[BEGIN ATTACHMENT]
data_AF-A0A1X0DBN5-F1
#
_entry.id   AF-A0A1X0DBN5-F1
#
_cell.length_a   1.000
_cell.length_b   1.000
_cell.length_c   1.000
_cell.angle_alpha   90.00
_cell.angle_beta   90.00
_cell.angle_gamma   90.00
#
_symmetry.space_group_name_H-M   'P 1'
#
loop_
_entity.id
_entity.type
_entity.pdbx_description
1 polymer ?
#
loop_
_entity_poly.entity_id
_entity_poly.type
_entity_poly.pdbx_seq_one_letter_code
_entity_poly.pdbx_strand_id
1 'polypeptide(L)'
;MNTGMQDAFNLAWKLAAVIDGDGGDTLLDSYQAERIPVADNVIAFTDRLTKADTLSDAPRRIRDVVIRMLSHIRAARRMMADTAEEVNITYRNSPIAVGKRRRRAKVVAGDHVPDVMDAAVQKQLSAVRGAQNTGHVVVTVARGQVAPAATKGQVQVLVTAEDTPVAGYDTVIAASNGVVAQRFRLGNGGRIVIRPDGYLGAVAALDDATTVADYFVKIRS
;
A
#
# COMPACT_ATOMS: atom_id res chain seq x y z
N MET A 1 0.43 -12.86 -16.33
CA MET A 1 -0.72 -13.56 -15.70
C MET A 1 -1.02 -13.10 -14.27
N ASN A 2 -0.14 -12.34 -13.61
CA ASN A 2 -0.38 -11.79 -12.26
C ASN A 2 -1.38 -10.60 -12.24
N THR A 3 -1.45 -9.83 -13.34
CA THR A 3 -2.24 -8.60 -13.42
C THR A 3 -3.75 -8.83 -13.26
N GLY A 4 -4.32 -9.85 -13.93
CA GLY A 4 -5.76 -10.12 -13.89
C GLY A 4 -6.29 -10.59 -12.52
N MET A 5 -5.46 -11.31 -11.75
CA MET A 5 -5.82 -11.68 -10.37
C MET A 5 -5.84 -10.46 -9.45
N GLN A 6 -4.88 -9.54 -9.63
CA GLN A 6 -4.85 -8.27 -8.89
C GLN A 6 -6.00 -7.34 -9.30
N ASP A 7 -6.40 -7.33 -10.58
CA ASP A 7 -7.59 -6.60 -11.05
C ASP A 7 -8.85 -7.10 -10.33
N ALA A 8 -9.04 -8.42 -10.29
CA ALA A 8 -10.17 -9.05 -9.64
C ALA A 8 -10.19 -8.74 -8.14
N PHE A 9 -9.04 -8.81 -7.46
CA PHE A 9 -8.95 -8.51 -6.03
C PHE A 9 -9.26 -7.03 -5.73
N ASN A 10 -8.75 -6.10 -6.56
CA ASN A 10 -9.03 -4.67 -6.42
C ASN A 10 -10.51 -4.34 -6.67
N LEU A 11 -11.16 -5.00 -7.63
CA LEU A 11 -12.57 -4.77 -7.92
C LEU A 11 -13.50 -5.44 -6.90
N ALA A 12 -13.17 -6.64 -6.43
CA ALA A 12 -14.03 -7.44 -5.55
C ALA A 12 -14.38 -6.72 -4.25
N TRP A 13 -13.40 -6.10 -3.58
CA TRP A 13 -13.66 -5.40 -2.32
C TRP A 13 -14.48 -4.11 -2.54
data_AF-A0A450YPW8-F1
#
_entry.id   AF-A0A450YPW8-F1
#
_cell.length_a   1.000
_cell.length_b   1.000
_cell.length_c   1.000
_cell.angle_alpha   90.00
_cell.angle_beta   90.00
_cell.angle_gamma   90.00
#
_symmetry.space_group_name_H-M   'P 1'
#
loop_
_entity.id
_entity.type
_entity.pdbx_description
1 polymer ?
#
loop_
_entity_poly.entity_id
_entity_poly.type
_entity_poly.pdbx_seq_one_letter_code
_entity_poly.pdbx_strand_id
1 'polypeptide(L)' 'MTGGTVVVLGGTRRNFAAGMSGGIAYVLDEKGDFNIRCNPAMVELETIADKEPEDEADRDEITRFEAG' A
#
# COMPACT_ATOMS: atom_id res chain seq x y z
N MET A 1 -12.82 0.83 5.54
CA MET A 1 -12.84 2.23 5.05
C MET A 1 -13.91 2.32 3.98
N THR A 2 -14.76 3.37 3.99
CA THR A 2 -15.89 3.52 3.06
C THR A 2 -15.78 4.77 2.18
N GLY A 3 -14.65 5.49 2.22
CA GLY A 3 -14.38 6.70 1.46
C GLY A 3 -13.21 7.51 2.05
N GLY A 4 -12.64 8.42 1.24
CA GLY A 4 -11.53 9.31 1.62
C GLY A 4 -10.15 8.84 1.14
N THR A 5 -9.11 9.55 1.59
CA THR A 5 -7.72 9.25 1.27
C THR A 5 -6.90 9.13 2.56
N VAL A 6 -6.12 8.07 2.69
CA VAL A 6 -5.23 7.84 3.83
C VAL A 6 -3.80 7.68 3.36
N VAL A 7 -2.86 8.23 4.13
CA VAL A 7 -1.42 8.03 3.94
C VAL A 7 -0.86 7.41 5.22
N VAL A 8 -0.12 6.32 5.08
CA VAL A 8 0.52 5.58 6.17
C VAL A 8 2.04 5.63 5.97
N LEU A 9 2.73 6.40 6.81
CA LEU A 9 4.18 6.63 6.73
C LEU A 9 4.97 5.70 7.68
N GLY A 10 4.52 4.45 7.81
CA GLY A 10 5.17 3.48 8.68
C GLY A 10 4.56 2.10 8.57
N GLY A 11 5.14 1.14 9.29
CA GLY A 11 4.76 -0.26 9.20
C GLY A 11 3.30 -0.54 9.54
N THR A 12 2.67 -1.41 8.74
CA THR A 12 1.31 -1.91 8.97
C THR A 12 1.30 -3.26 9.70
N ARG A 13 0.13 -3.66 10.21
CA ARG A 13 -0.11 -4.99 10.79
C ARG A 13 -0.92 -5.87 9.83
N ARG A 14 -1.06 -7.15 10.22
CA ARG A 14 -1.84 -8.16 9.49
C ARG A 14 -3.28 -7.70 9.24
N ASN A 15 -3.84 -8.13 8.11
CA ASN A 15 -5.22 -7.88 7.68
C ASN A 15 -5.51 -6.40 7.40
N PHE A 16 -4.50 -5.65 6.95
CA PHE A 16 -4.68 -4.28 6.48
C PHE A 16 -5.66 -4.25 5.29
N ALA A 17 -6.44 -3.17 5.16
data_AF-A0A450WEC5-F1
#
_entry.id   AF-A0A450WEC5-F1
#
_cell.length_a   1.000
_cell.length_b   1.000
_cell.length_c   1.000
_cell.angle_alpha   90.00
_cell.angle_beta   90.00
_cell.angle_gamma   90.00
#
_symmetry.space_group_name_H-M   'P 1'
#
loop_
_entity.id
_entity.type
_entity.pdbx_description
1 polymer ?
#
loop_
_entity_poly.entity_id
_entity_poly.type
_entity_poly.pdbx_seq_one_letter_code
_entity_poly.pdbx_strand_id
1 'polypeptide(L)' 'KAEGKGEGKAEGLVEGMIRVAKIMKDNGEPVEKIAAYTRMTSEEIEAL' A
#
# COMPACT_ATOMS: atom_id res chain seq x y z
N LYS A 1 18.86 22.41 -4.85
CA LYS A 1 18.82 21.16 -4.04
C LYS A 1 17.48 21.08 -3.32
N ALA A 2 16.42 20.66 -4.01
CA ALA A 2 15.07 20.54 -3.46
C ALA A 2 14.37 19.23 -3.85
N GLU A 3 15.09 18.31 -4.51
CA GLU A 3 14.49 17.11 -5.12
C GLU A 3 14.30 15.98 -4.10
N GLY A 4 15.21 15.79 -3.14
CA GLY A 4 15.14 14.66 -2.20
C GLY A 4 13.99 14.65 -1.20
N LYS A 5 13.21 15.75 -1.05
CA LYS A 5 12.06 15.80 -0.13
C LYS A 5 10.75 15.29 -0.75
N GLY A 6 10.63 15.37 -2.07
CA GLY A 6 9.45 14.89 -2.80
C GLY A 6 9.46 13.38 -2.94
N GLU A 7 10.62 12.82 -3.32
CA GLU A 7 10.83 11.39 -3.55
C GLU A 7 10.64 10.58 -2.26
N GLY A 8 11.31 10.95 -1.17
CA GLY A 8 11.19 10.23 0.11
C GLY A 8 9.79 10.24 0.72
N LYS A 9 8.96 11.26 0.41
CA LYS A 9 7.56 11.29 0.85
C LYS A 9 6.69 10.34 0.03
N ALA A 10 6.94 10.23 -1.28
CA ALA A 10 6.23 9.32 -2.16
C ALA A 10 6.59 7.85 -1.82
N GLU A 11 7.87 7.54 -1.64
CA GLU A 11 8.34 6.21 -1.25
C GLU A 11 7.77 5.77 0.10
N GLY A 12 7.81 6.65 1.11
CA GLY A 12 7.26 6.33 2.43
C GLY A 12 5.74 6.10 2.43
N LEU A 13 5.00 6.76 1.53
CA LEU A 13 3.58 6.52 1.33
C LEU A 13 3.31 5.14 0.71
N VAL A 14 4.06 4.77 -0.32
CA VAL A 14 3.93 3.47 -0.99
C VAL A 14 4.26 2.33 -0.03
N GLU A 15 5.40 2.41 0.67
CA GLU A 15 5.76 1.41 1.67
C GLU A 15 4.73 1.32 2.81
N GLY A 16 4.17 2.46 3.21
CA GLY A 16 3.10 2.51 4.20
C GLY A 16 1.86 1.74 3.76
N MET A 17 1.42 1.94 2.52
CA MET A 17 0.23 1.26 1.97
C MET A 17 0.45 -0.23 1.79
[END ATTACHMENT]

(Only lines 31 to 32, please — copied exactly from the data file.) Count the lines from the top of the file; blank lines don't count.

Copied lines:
N MET A 1 0.43 -12.86 -16.33
CA MET A 1 -0.72 -13.56 -15.70